Marines.Together We Served

Wednesday, August 27, 2008

Hooray for the USA!

I’ve been watching the Olympics, as time has allowed, these past two weeks. It is always a wonder to see these athletes perform on the world stage which the Olympics provide. I admit that I become something of an Olympics junkie during this two-week period every four years. I marvel at the discipline of the athletes who train their bodies to do things that leave me breathless.

Take, for instance, Michael Phelps. This six-foot four-inch swimming machine has re-written Olympic swimming. In the process he has become larger than his sport; larger than the Olympics; even larger then life. And he comes across as a very nice guy. His mother, frequently picked out of the crowd by a cameraman, is wonderfully expressive during her son’s record-setting swims. Phelps is the same guy who earned six gold medals in the 2004 Olympics. What is not mentioned very often is the fact that Michael gave up an opportunity to earn a seventh gold in those Olympics because he felt that a fellow swimmer was better at the relay swim than he was. He stepped aside for the good of the team. Now that’s refreshing!

And how cute is Shawn Johnson! This pint-sized gymnast is the picture of competitiveness. Her smile lights up the arena. But, man, can she perform! Her coach is a Chinese man born and raised in Beijing who later immigrated to the United States. How ironic is that! A young, precocious six year old walks into the gym of a recently arrived immigrant, and ten years later they arrive in Beijing, China to capture gold medals. What a great country we have!

Then you have Shawn’s fellow gymnast, Nastia Liukin, a young girl who was born in Russia. Her parents were both Russian athletes competing on the world circuit. Her father was an Olympian. They immigrated to the United States when Nastia was a little girl, settling in Texas. The grace and form of this girl is magical! She fairly floats through her routines, making the impossible look simple, representing the United States.

I could go on listing the various athletes and the varied stories that they each have and the means by which they arrived at the pinnacle of their sport. How about Phil Dalhausser? This six-foot nine-inch giant was born in Switzerland, moving to the U.S. as a boy with his parents. Being old school, his folks wanted him to get a job when he graduated from high school. He had been introduced to volleyball, which he initially derided as being a “girls game,” but accepted the challenge to try it. He loved it! When he started making money playing this game his parents decided maybe this wasn’t so bad after all. The whole family is now avid volleyball fans. He and his playing partner won gold yesterday.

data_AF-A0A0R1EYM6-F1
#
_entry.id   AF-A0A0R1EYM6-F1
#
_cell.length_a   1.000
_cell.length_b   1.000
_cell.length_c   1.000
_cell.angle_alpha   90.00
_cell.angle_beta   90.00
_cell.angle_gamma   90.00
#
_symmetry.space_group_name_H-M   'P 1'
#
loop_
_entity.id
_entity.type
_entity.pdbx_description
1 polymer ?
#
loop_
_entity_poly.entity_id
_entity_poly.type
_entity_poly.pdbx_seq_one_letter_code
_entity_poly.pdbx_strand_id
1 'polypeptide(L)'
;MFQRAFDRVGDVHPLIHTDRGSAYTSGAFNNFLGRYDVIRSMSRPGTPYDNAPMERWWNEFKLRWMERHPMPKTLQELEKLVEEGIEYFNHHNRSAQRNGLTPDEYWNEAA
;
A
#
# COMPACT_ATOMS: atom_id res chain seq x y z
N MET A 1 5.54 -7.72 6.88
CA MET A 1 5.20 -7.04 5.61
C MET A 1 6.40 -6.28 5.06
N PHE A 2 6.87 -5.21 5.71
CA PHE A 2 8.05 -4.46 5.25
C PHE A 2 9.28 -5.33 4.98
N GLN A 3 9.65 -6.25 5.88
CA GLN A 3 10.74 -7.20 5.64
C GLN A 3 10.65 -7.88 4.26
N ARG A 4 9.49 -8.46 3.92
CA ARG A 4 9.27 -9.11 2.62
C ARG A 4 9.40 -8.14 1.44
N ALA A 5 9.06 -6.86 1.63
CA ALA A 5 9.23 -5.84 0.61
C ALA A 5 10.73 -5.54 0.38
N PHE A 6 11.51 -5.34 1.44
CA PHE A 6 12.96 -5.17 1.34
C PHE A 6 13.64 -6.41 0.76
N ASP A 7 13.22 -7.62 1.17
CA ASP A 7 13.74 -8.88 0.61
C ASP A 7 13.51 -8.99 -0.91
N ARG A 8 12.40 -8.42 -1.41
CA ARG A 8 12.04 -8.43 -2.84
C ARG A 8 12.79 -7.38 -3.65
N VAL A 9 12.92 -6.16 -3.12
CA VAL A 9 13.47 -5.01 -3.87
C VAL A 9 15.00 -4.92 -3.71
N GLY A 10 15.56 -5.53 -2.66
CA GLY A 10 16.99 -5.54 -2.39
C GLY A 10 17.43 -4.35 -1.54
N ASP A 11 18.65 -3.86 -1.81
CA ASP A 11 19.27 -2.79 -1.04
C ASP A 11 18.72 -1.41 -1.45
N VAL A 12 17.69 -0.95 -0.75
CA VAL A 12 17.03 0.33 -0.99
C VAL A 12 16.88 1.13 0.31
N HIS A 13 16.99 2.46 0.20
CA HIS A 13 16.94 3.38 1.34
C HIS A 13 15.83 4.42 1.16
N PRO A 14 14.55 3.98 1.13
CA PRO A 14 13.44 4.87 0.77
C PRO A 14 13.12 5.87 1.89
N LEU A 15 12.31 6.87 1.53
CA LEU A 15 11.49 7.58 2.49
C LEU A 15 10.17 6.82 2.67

Amidst all this competitiveness was a fawning, sycophantic media that couldn’t control themselves in support of these amazing U.S. athletes. The giddiness of these television broadcasters was amusing. The story of Phelps’ attempt to earn an unprecedented eight gold medals was the story of the Olympics. Everyone wanted to interview this phenomenal athlete. They could not contain their glee! Everything was about the American athletes. You could hardly accuse them of being unbiased.

Pardon me for noticing, but aren’t these the same TV personalities and media types who wouldn’t dare compromise their standing as news people by showing a bias for American forces in Afghanistan or Iraq? Or choosing not to wear an American flag pin because it would compromise their so called objectivity? Or show support for our military that is engaged in a war to protect our freedoms? I’ve read that some national broadcasting company’s have passed policy that even forbids their employees, particularly on-air personalities, from wearing the American flag pin.

I’m thrilled and proud of our American athletes. I’m impressed with their dedication to their sport. I love to watch them grab an American flag and drape it over their shoulders, or wave it high over their heads after winning their event. It’s beautiful! But I am more proud of our military young men and women who raise their right hand and pledge an oath to our nation: "I, _____, do solemnly swear (or affirm) that I will support and defend the Constitution of the United States against all enemies, foreign and domestic; that I will bear true faith and allegiance to the same; and that I will obey the orders of the President of the United States and the orders of the officers appointed over me, according to regulations and the Uniform Code of Military Justice. So help me God."

These patriots then engage in a period of training that prepares them for war against the enemies of our nation. These are the men and women who voluntarily go into harms way; who help keep the wolf from the door; who protect us and our way of life so we can continue to enjoy our freedoms.

Who are these people that comprise our military? They are our sons and daughters who come from American homes all across this land. They are amazing! They put the importance of the nation’s security ahead of their own personal pursuits. They place on hold any future plans for a family, education, or career opportunities.

These are the ones who deserve our thanks and respect; who should have parades in their honor; yet who expect none of these things in return for their service to our country.

Hooray for them! And God bless America.

Wednesday, August 20, 2008

All Over But the Shouting

Well, the time has come. After nearly thirty-four years of military service, the end of this chapter of my life is closing as of September 5 – my 60th birthday.

Every career military person knows that day will come. It’s accepted as part of the inevitable movement of time. While finishing up my time here at the 4th Marine Aircraft Wing headquarters in New Orleans, I ran into a friend and fellow chaplain of many years, Calvin Reynolds. We decided to have dinner together at one of New Orleans’ finest restaurants, located in the French Quarter, called Dickie Brennan’s.

Cal and I lingered over our meal discussing many of our experiences over the past twenty-five or so years while serving at various times with the Navy and Marine Corps. We both came away believing we have been truly blessed to have served.